These arguments are problematic on several counts. For starters, the headings under which the additional costs are being explained are questionable.  For instance, ‘weather and terrain compatibility’ or ‘India specific enhancements’ were also part of the original bid. It is incorrect and misleading to say the government had not contemplated them in 2011.

Further, the additional weapon systems and other requirements being paid for in 2016 deal are a direct result of the decision to scrap the original process and go for just 36 fighters. Since the government decided to buy only 36 aircraft instead of 126, the Air Force insisted that these ought to be kitted out better. How tenable, then, is the claim that we should treat these additional costs as entirely separate from the cost of the aircraft?

Most importantly, the government’s claim that the original Rafale bid amounted to €100.85 million in 2015 uses the cost escalation formula advanced by Dassault Aviation. This was, in fact, one of the most contested issues in the negotiations with Dassault until 2014. It was not a negotiated cost between Dassault and the UPA government. It is utterly inappropriate to compare a price under negotiation with the price secured for the 2016 deal. The ministry’s resort to the euphemism ‘notionally negotiated’ price gave the game away. Eventually, Bhamre conceded in response to another parliamentary question in March 2018 that the two deals “cannot be compared”.

By the same token, however, the government cannot insist that it has secured a better deal. The nub of the matter is the Prime Minister’s claim—when announcing in April 2015 the scrapping of the older process and the purchase of 36 Rafale aircrafts—that this would be on better terms. It is primarily to defend this claim that the government has performed such contortions on this issue. This decision, it has transpired, was taken without consulting the cabinet committee on security or the ministry of defence. It is not clear if the Air Force was on board at the time of this announcement. The entire process reveals the pitfalls both of the excessively centralised decision-making in the government and of the emphasis on public positioning rather than strategic outcomes.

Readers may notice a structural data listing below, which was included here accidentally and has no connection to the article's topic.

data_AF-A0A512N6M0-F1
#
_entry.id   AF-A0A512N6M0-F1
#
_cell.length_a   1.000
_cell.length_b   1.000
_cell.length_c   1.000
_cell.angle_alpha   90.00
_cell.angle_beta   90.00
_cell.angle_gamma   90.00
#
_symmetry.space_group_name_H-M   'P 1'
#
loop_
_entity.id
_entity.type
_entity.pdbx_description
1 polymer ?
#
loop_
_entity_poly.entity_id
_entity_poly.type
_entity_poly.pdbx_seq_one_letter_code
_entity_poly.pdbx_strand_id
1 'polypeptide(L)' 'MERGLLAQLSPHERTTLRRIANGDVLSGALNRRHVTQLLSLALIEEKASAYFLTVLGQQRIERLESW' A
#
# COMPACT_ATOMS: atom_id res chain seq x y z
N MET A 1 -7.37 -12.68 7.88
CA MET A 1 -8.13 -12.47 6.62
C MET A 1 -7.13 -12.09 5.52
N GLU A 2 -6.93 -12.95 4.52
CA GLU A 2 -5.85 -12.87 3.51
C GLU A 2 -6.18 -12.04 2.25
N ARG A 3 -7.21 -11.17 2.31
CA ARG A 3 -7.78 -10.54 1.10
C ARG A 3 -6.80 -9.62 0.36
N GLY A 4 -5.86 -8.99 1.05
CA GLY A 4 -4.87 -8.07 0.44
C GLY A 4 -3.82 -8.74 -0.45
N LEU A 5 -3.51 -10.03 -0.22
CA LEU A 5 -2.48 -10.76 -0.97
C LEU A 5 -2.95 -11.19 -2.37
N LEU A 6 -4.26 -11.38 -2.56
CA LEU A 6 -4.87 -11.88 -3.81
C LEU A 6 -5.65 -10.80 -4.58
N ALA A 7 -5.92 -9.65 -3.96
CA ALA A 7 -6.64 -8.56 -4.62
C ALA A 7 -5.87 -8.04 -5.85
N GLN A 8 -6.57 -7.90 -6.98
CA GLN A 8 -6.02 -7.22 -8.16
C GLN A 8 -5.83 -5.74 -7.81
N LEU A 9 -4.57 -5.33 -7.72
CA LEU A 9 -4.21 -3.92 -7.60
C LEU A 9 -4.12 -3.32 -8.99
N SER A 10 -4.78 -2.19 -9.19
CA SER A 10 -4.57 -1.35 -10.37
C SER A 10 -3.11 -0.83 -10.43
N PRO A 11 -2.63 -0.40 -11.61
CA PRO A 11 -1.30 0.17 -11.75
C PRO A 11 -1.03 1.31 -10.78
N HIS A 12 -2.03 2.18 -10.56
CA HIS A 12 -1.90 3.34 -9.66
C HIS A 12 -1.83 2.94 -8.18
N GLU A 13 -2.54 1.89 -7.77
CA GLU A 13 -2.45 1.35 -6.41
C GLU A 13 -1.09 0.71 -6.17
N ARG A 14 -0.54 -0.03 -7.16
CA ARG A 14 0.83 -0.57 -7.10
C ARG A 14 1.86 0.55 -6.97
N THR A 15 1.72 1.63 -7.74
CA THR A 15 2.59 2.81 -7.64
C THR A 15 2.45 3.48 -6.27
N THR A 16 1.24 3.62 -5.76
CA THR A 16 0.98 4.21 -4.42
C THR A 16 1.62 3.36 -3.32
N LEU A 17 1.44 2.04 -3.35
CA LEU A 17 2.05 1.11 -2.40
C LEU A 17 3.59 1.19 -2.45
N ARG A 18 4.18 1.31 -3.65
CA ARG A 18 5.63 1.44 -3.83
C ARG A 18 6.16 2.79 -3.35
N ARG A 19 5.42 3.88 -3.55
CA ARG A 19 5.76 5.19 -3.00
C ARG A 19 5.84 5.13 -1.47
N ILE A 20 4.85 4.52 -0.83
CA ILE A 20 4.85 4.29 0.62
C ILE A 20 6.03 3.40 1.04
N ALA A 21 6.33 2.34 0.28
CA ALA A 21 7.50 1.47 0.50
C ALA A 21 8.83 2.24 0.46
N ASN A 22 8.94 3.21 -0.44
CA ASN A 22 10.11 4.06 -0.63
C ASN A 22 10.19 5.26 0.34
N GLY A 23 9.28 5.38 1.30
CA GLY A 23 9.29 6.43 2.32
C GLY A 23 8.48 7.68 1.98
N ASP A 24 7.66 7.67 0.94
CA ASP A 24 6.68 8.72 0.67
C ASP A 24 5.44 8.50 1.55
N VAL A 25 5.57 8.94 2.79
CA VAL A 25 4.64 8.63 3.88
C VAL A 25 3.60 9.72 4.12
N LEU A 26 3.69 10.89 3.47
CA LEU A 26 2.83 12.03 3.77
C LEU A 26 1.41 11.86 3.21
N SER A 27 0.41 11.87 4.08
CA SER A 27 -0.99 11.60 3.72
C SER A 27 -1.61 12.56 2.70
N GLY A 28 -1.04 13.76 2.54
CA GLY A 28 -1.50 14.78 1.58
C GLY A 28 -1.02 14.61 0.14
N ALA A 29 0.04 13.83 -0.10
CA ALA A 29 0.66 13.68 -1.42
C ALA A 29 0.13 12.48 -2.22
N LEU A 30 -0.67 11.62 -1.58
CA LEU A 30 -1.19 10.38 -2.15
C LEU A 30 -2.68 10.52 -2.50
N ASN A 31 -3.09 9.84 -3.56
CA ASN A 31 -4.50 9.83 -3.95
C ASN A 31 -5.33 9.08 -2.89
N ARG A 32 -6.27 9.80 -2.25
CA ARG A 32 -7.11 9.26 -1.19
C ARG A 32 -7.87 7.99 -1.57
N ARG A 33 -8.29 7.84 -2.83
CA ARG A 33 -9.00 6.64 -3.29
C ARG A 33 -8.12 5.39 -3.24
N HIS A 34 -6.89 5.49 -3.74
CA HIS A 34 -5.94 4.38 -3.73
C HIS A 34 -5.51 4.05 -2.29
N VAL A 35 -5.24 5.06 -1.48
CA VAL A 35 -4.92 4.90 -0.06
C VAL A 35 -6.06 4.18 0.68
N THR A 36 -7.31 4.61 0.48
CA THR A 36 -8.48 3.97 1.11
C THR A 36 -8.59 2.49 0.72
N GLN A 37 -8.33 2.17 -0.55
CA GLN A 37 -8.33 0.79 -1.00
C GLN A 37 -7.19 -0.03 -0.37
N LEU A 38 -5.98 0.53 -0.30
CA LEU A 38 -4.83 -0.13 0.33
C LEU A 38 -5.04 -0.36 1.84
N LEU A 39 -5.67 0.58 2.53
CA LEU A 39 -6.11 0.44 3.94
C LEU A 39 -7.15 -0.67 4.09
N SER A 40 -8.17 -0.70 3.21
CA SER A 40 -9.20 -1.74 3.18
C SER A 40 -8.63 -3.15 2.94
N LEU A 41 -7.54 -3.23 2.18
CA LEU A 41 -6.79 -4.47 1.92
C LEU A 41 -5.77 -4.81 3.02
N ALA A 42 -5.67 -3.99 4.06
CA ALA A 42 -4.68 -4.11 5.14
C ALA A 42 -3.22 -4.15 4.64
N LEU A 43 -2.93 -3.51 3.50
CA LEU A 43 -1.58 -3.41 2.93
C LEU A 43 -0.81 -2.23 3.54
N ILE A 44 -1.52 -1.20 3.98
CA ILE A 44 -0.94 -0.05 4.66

Some analysts have pointed out that the government’s reluctance to place on record the costs of the aircraft also stems from the fact that these have been modified for the delivery of nuclear weapons. This may well be true, but officials have already shared with journalists details of the modifications without anyone raising an eyebrow. Nothing precludes the Modi government from disclosing the costs to the parliamentary standing committee on defence and untangling itself from this web of controversy.

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5 COMMENTS